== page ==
Familial mediterranean fever epidemiology and demographics

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Editor-In-Chief: C. Michael Gibson, M.S., M.D. [1]; Associate Editor(s)-in-Chief: Sahar Memar Montazerin, M.D.[2]

Overview

The incidence of familial mediterranean fever is estimated 100 per 100,000 individuals worldwide. The prevalence of familial mediterranean fever differs widely according to the geographic area. In the non- Ashkenazi Jews, it ranges from 100 to 400 per 100,000 individuals. Patients of all age groups may develop the familial Mediterranean fever (FMF). However, it usually manifests during childhood. This disorder usually affects individuals of the Turkish, Armenian, Jewish and Arabic communities. However, it is also common among western societies such as Italy, Greece, Crete, France, and Germany.

Epidemiology and Demographics

Incidence

Prevalence

  • The prevalence of familial mediterranean fever differs widely according to geographic area.
  • In the non- Ashkenazi Jews, it ranges from 100 to 400 per 100,000 individuals.[2]
  • In Turkey, it ranges from 93 to 253 per 100,000 individuals.[3]

Age

  • Patients of all age groups may develop the familial Mediterranean fever (FMF). However, it usually manifests during childhood.[4]
  • 90% of the individuals present the symptoms before the age of 20 years.
  • Only 1% of individuals present the first symptoms after the 40 years of age.[5] However, this may vary according to the geographical area of the study.[6]

Race

  • FMF usually affects individuals of the Turkish, Armenian, Jewish and Arabic communities.[7]

Gender

  • FMF affects men and women equally. However, recent studies showed a slight male preponderance.[8]

Region

  • The majority of FMF cases are reported among the nations of the Mediterranean region.[7]
  • This disorder is most commonly seen in Turkey, followed by Armenia.[9][10]
  • Among western countries, Italy has one of the highest prevalence of FMF.[11]
  • FMF cases has also been reported in in other Mediterranean countries like Greece, Crete, France, and Germany.[7]

References

  1. Ben-Chetrit, Eldad; Touitou, Isabelle (2009). "Familial Mediterranean Fever in the World". Arthritis & Rheumatism. 61 (10): 1447–1453. doi:10.1002/art.24458. ISSN 0004-3591.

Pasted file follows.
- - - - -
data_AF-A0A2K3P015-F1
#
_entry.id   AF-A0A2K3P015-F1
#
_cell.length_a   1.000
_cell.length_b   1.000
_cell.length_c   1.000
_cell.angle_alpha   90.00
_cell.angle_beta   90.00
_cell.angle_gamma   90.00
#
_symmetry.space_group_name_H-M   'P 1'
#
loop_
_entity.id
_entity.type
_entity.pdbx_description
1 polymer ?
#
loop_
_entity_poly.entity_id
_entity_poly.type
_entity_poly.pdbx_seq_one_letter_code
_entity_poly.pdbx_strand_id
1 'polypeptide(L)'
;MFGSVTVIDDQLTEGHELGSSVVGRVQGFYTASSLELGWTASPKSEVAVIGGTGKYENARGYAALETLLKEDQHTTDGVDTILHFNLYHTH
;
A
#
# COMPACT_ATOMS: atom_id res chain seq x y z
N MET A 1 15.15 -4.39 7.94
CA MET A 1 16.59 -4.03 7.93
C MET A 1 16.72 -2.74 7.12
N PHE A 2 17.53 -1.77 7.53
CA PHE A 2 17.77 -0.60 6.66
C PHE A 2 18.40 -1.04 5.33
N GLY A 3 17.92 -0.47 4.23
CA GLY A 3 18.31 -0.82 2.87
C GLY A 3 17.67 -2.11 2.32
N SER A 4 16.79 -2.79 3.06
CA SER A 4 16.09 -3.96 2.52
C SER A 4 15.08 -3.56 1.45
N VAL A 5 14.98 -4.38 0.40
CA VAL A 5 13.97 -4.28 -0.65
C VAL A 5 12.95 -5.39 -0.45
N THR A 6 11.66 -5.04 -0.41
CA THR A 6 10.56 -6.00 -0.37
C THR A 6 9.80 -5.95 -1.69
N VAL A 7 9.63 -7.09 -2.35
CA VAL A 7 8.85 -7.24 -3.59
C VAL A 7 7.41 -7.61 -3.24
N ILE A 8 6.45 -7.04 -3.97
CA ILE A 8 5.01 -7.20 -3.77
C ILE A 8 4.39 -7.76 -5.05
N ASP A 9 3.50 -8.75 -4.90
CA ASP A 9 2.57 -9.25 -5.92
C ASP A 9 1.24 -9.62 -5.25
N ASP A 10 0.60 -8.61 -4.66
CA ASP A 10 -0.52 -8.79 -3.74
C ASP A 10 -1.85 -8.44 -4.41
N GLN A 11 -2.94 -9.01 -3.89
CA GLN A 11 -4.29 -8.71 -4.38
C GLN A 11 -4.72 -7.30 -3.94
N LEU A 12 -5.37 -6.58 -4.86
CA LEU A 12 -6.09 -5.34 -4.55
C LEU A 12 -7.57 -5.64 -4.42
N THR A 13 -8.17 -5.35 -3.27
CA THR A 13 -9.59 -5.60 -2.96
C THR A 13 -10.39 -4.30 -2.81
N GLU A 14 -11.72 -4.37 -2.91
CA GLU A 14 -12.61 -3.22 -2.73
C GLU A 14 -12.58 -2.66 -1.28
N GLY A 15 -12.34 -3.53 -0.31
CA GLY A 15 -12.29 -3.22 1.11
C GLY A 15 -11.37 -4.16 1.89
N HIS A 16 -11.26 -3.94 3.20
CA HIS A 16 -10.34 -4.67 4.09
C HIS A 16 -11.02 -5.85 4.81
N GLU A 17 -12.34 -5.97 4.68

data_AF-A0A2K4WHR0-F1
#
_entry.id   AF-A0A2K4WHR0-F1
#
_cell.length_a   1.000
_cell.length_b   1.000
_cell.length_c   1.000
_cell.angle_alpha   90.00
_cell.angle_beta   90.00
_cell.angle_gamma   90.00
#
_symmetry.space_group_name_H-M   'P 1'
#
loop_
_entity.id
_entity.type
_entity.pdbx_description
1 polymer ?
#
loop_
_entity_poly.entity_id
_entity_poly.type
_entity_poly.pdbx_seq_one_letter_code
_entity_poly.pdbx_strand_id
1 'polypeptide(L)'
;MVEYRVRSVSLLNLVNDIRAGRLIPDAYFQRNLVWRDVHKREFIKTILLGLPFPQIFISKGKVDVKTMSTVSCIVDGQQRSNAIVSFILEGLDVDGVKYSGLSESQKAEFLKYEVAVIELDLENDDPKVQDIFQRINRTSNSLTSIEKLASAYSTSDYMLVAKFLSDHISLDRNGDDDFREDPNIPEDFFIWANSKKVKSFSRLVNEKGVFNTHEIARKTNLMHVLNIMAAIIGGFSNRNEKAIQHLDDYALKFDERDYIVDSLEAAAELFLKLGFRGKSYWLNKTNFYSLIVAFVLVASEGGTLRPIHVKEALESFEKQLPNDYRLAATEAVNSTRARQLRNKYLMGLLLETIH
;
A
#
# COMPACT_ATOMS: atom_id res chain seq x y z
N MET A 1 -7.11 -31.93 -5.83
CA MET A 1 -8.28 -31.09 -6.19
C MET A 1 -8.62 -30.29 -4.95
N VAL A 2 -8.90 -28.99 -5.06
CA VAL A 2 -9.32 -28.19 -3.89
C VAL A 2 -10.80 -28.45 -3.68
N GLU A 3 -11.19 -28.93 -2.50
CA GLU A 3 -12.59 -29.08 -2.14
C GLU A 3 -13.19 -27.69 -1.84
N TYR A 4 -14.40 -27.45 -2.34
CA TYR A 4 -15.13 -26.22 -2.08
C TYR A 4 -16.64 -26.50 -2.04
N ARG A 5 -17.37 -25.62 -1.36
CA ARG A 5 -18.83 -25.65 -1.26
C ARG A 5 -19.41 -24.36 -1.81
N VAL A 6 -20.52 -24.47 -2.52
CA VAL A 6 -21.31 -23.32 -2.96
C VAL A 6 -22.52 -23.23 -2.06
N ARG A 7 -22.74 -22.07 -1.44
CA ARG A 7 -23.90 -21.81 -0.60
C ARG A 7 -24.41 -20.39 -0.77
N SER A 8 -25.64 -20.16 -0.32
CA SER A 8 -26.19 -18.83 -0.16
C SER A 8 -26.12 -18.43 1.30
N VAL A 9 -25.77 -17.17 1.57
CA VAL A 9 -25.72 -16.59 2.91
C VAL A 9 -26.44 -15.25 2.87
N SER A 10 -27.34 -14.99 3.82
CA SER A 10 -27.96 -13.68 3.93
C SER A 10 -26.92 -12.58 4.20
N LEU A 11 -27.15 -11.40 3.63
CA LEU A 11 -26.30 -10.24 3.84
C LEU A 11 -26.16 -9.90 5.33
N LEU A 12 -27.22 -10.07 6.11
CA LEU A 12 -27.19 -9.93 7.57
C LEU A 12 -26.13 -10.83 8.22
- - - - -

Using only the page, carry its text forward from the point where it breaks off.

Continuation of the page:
2. Daniels, M.; Shohat, T.; Brenner-Ullman, A.; Shohat, M. (1995). "Familial Mediterranean fever: High gene frequency among the non-Ashkenazic and ashkenazic Jewish populations in Israel". American Journal of Medical Genetics. 55 (3): 311–314. doi:10.1002/ajmg.1320550313. ISSN 0148-7299.
  3. Ozen S, Karaaslan Y, Ozdemir O, Saatci U, Bakkaloglu A, Koroglu E, Tezcan S (December 1998). "Prevalence of juvenile chronic arthritis and familial Mediterranean fever in Turkey: a field study". J. Rheumatol. 25 (12): 2445–9. PMID 9858443.
  4. Kallinich, Tilmann; Aktay, Nuray; Ozen, Seza (2015). "Special Aspects of Familial Mediterranean Fever in Childhood". 3: 31–45. doi:10.1007/978-3-319-14615-7_3. ISSN 2282-6505.
  5. Tamir N, Langevitz P, Zemer D, Pras E, Shinar Y, Padeh S, Zaks N, Pras M, Livneh A (November 1999). "Late-onset familial Mediterranean fever (FMF): a subset with distinct clinical, demographic, and molecular genetic characteristics". Am. J. Med. Genet. 87 (1): 30–5. PMID 10528243.
  6. Kishida D, Yazaki M, Nakamura A, Tsuchiya-Suzuki A, Shimojima Y, Sekijima Y (May 2019). "Late-onset familial Mediterranean fever in Japan". Mod Rheumatol: 1–11. doi:10.1080/14397595.2019.1621440. PMID 31116049.
  7. 7.0 7.1 7.2 Cerrito, Lucia; Sicignano, Ludovico Luca; Verrecchia, Elena; Manna, Raffaele (2015). "Epidemiology of FMF Worldwide". 3: 81–90. doi:10.1007/978-3-319-14615-7_5. ISSN 2282-6505.
  8. Tunca M, Akar S, Onen F, Ozdogan H, Kasapcopur O, Yalcinkaya F, Tutar E, Ozen S, Topaloglu R, Yilmaz E, Arici M, Bakkaloglu A, Besbas N, Akpolat T, Dinc A, Erken E (January 2005). "Familial Mediterranean fever (FMF) in Turkey: results of a nationwide multicenter study". Medicine (Baltimore). 84 (1): 1–11. PMID 15643295.
  9. Kisacik B, Yildirim B, Tasliyurt T, Ozyurt H, Ozyurt B, Yuce S, Kaya S, Ertenli I, Kiraz S (September 2009). "Increased frequency of familial Mediterranean fever in northern Turkey: a population-based study". Rheumatol. Int. 29 (11): 1307–9. doi:10.1007/s00296-009-0849-z. PMID 19152093.
  10. Sarkisian T, Ajrapetian H, Beglarian A, Shahsuvarian G, Egiazarian A (March 2008). "Familial Mediterranean Fever in Armenian population". Georgian Med News (156): 105–11. PMID 18403822.
  11. La Regina, Micaela; Nucera, Gabriella; Diaco, Marialuisa; Procopio, Antonio; Gasbarrini, Giovanni; Notarnicola, Cecile; Kone-Paut, Isabelle; Touitou, Isabelle; Manna, Raffaele (2003). "Familial Mediterranean fever is no longer a rare disease in Italy". European Journal of Human Genetics. 11 (1): 50–56. doi:10.1038/sj.ejhg.5200916. ISSN 1018-4813.



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